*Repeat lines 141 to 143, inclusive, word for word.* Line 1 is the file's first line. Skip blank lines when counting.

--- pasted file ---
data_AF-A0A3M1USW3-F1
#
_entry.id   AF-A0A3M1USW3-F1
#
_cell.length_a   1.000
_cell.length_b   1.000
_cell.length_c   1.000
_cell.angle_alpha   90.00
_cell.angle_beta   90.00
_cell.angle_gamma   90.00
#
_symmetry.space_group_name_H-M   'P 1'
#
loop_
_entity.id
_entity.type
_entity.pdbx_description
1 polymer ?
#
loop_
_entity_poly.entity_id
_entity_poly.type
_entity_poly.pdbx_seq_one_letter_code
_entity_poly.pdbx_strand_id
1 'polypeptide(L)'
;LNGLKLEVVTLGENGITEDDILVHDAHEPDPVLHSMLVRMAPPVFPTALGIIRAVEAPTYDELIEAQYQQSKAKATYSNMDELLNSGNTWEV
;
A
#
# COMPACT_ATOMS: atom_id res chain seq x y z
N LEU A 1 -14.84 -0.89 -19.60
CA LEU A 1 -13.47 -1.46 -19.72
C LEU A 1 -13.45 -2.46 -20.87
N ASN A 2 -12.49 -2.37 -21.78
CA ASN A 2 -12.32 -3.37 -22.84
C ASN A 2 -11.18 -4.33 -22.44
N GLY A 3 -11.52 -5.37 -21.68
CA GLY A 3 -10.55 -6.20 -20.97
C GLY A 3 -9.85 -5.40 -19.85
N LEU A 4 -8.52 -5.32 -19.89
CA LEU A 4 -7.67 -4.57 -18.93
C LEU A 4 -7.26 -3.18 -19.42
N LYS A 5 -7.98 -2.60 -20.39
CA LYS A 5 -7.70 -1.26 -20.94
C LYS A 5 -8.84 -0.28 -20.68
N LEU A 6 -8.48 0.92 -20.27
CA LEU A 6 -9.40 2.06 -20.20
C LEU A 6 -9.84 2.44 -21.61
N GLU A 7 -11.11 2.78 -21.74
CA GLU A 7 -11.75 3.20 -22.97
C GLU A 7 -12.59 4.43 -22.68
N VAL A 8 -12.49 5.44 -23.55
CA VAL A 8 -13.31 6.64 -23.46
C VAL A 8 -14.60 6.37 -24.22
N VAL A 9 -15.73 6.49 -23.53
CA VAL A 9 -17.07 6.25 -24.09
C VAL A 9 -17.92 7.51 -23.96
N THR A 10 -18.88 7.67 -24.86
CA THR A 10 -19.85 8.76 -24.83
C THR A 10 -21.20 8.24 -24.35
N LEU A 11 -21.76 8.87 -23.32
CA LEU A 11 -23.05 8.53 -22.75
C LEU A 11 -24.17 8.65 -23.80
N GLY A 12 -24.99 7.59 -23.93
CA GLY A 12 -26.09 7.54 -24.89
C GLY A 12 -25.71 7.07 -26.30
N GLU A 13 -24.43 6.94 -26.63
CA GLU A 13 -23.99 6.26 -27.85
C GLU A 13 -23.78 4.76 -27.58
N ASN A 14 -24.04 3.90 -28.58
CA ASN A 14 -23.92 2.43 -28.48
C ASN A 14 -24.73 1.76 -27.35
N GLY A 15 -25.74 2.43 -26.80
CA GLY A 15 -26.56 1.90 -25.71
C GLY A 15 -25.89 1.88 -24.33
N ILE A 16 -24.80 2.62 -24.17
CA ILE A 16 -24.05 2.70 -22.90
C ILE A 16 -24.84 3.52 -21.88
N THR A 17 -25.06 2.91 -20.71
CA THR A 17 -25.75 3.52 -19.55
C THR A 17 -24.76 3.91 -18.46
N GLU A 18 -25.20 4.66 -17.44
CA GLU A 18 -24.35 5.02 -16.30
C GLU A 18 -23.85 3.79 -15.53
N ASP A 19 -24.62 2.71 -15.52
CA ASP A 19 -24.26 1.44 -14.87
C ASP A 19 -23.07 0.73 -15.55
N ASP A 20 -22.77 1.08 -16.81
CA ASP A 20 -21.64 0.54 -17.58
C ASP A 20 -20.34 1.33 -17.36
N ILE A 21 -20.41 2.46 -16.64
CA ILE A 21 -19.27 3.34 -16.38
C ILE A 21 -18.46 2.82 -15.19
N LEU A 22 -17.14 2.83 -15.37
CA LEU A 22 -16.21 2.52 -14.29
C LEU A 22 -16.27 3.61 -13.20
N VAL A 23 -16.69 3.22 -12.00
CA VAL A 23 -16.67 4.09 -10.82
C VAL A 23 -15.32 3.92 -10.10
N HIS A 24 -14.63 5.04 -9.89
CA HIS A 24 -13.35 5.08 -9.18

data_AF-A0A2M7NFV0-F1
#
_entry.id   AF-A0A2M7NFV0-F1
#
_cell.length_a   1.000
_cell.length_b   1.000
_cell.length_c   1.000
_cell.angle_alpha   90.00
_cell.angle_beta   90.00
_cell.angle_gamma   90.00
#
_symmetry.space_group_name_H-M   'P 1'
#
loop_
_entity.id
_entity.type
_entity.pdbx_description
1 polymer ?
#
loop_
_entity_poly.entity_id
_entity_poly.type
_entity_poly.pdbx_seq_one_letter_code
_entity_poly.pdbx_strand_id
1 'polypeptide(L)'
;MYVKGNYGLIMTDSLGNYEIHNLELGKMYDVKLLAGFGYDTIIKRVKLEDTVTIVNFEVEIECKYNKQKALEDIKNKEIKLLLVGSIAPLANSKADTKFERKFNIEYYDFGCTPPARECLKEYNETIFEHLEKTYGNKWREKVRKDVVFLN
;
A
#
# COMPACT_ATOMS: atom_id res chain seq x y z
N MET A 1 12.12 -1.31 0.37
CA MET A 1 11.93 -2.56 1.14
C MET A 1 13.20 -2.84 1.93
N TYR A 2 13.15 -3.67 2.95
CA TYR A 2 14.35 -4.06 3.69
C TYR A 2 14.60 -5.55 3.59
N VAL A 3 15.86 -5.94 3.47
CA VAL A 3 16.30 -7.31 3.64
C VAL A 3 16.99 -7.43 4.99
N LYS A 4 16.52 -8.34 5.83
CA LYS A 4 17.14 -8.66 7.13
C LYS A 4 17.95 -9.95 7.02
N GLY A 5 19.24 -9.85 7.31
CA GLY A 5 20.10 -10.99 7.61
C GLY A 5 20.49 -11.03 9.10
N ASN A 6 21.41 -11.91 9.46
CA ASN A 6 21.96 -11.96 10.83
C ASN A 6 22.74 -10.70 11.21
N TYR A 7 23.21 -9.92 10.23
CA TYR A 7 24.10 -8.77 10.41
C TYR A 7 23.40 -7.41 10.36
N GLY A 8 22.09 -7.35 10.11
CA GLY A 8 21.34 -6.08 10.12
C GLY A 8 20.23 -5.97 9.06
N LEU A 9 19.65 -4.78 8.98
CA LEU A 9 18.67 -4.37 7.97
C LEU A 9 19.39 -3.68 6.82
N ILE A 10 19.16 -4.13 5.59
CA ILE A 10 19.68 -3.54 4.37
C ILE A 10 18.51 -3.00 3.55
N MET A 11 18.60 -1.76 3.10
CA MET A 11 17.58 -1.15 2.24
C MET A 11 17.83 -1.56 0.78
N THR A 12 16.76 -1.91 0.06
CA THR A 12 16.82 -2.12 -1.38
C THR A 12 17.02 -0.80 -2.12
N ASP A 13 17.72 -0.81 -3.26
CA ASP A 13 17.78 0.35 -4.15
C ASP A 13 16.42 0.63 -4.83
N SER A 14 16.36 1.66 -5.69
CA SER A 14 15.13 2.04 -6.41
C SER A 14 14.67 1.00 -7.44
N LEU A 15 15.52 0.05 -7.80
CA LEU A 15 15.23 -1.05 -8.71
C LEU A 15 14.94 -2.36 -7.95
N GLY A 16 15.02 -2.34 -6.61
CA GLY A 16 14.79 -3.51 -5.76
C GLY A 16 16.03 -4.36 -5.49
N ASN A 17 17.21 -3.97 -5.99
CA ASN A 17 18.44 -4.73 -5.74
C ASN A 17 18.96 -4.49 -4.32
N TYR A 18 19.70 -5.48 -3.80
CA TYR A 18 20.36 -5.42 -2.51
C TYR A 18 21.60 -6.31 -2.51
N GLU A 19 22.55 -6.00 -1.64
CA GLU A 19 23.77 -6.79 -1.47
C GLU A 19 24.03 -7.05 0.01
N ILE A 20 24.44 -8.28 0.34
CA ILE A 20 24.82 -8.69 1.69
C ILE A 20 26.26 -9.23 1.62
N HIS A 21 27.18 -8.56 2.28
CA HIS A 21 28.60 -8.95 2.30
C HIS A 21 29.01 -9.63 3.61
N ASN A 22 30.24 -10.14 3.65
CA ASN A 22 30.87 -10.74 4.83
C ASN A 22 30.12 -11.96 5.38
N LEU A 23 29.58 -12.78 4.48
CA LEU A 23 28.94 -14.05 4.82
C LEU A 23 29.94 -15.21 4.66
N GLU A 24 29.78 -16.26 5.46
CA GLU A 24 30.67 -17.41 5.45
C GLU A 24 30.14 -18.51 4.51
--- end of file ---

N LYS A 4 16.52 -8.34 5.83
CA LYS A 4 17.14 -8.66 7.13
C LYS A 4 17.95 -9.95 7.02